This page allows you to decide if remote SSH access is available on your IPCop or not. By placing a checkmark in the box you will activate remote SSH access. It is also possible to configure several SSH daemon parameters from this web page. The SSH option is disabled by default and we would advise enabling it only as needed and then disabling it afterwards.
Similar to the HTTPS port for the IPCop GUI being switched to port 8443, the SSH port for IPCop SSH access is switched to 8022. If you are using a GUI based application to access your IPCop, remember to specify port 8022.
A command line utility setreservedports is available to allow Administrators to change the secure port. Refer to the section on setreservedports for details.
If you are using the ssh, scp or sftp commands, the syntax for specifying non-standard ports is different for each command, even though they are related. Assuming your IPCop is at IP address 192.168.254.1, the commands would be:
ssh -p 8022 firstname.lastname@example.org
scp -P 8022 some/file email@example.com:
scp -P 8022 firstname.lastname@example.org:/path/to/some/file path/to/local/copy
sftp -o port=8022 email@example.com
Use your desktop machine's man pages to get a more complete explanation of these commands.
The following SSH options are available from the web page:
Checking this box enables SSH. Unless you use external access, SSH will only be available from the GREEN network. With SSH enabled it possible for anyone with the IPCop root password to log into your firewall at the command prompt.
Checking this box enables support of SSH version 1 clients. Use of this option is strongly discouraged. There are known vulnerabilities with SSH version 1. Use this option only for temporary access, if you only have SSH version 1 clients and there is no way to upgrade to SSH version 2. Most, if not all, of the current SSH clients support version 2. Upgrade your clients if at all possible.
Checking this box, allows you to create SSH encrypted tunnels between machines inside your firewall and external users.
What use is this when IPCop already has a VPN?
You are on the road and something goes wrong with one of your servers. You haven't set up a road warrior VPN connection. If you know your IPCop root password you can use SSH port forwarding to get through your firewall and get access to a server on one of your protected networks. These next few paragraphs will discuss how to do this, assuming you have a Telnet server running on an internal computer at 10.0.0.20. It also assumes your remote machine is a Linux machine. The putty SSH command on Windows has the same capabilities, but they are accessed via dialog boxes. You may already have done one or more of the first two steps.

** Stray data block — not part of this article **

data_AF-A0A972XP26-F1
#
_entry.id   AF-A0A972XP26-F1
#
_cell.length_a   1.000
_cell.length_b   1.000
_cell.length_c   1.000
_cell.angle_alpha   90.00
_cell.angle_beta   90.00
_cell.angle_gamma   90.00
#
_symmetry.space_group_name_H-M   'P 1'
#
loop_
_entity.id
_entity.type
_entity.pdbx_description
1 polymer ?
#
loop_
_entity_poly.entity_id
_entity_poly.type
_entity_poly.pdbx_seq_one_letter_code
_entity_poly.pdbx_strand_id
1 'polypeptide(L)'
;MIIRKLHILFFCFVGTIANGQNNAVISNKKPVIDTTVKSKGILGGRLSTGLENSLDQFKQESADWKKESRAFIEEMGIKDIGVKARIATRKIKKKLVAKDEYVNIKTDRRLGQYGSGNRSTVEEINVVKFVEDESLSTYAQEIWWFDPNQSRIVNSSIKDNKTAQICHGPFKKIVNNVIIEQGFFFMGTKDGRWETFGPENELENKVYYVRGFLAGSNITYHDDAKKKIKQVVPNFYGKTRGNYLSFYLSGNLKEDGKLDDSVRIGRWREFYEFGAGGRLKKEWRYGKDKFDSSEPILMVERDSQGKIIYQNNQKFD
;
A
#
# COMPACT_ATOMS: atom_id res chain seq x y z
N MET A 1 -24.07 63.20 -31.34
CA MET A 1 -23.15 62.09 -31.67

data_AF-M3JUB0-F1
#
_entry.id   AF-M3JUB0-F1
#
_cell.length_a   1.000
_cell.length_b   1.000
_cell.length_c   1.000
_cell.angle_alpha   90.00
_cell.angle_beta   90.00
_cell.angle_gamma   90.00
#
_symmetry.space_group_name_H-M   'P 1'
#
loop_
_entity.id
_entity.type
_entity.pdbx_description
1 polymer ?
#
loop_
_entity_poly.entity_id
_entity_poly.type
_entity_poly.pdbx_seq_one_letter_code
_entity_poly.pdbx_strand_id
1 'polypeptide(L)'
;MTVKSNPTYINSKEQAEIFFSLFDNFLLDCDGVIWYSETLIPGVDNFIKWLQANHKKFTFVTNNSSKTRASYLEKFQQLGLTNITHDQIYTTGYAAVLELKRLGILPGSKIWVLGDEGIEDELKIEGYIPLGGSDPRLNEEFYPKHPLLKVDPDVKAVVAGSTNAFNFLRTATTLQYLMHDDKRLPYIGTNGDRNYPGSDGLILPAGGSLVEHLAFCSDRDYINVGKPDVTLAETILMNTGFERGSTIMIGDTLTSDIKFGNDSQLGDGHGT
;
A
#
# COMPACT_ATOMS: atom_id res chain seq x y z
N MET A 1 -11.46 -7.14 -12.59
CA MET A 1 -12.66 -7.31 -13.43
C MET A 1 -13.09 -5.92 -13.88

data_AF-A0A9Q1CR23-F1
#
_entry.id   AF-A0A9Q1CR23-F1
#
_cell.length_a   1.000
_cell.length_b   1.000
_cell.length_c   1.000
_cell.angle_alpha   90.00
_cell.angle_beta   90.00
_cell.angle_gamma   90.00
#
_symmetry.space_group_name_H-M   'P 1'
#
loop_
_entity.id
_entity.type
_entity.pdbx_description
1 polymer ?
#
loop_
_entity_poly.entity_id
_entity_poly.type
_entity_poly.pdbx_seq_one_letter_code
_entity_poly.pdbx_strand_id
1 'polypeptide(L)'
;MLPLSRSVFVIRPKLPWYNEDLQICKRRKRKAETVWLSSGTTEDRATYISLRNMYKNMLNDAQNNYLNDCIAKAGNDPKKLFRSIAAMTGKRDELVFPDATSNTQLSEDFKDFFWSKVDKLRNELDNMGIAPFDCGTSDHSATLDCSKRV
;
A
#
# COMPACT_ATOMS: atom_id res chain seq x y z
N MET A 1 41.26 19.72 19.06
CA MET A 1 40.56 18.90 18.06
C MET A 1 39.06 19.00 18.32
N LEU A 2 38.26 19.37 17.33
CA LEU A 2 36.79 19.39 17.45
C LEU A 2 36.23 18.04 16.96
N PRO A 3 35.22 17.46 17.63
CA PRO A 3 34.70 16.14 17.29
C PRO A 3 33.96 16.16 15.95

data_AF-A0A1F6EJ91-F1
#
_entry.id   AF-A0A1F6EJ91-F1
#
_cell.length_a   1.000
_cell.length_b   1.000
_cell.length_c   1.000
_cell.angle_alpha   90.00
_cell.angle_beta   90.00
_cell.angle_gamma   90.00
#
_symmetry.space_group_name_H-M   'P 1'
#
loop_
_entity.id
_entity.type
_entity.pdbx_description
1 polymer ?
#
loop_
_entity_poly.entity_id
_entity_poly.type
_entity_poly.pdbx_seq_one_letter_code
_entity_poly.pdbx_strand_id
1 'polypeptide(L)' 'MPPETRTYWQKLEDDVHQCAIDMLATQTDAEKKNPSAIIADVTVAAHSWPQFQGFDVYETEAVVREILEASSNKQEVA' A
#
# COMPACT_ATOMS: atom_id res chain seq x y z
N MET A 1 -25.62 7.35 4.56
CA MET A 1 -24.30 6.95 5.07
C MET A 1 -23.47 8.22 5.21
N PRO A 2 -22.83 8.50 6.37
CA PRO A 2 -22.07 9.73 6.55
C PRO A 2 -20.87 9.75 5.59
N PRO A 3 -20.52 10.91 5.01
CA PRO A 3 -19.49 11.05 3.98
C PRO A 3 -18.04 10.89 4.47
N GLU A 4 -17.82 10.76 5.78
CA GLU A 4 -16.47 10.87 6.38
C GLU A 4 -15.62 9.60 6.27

Enable or have someone else enable external access for port 8443, the HTTPS port.
Use the IPCop web pages to enable SSH access and external access for port 8022.
Create an SSH tunnel between your remote machine and the internal server running an SSH daemon by issuing the command:
ssh -p 8022 -N -f -L 12345:10.0.0.20:23 root@ipcop
IPCop listens for SSH on port 8022, not the normal 22.
in conjunction with -f, tells SSH to run in the background
If you use this option, you will have to remember to use kill to
terminate the SSH process.
As an alternative, you may want to add the command
to the end of the command line, and not use the -N option.
If you do this the SSH invoked by the ssh command will terminate
after 100 seconds, but the telnet session and its tunnel will not
option to run SSH in the background.
tells SSH to build a port forwarding tunnel as specified by the next parameters.
The local port that will be used to tunnel to the remote service. This should be greater than 1024, otherwise you must be running as root to bind to well known ports.
This is the GREEN address of the remote server.
This specifies the remote port number to be used, Telnet.
Finally, this specifies you will be using your IPCop firewall as the port forwarding agent. You need a user ID to log in as, and the only one available on IPCop is root. You will be prompted for IPCop's root password.
Finally, log into the remote Telnet using the tunnel.
telnet localhost 12345
localhost is the machine you are running on. The loopback address 127.0.0.1 is defined as localhost. 12345 is the local tunnel port specified on the previous command.
There is a tutorial on SSH port forwarding at Dev Shed.
Allows users to log into IPCop using the root password. If you decide to turn this off, set up your SSH key files first, and then verify you can log in using your key files.
By checking this box, public key authentication can be used by SSH. This is the preferred method of securing IPCop using SSH. This article has a discussion about using SSH-keygen to generate RSA keys and how to use them with SSH.
This section lists the host key fingerprints used by SSH on IPCop to verify you are opening a session with the right machine. The first time a session is opened, one of the fingerprints will be displayed by SSH and you will be asked to verify it's correct. If you wish, you can verify it by looking at this web page.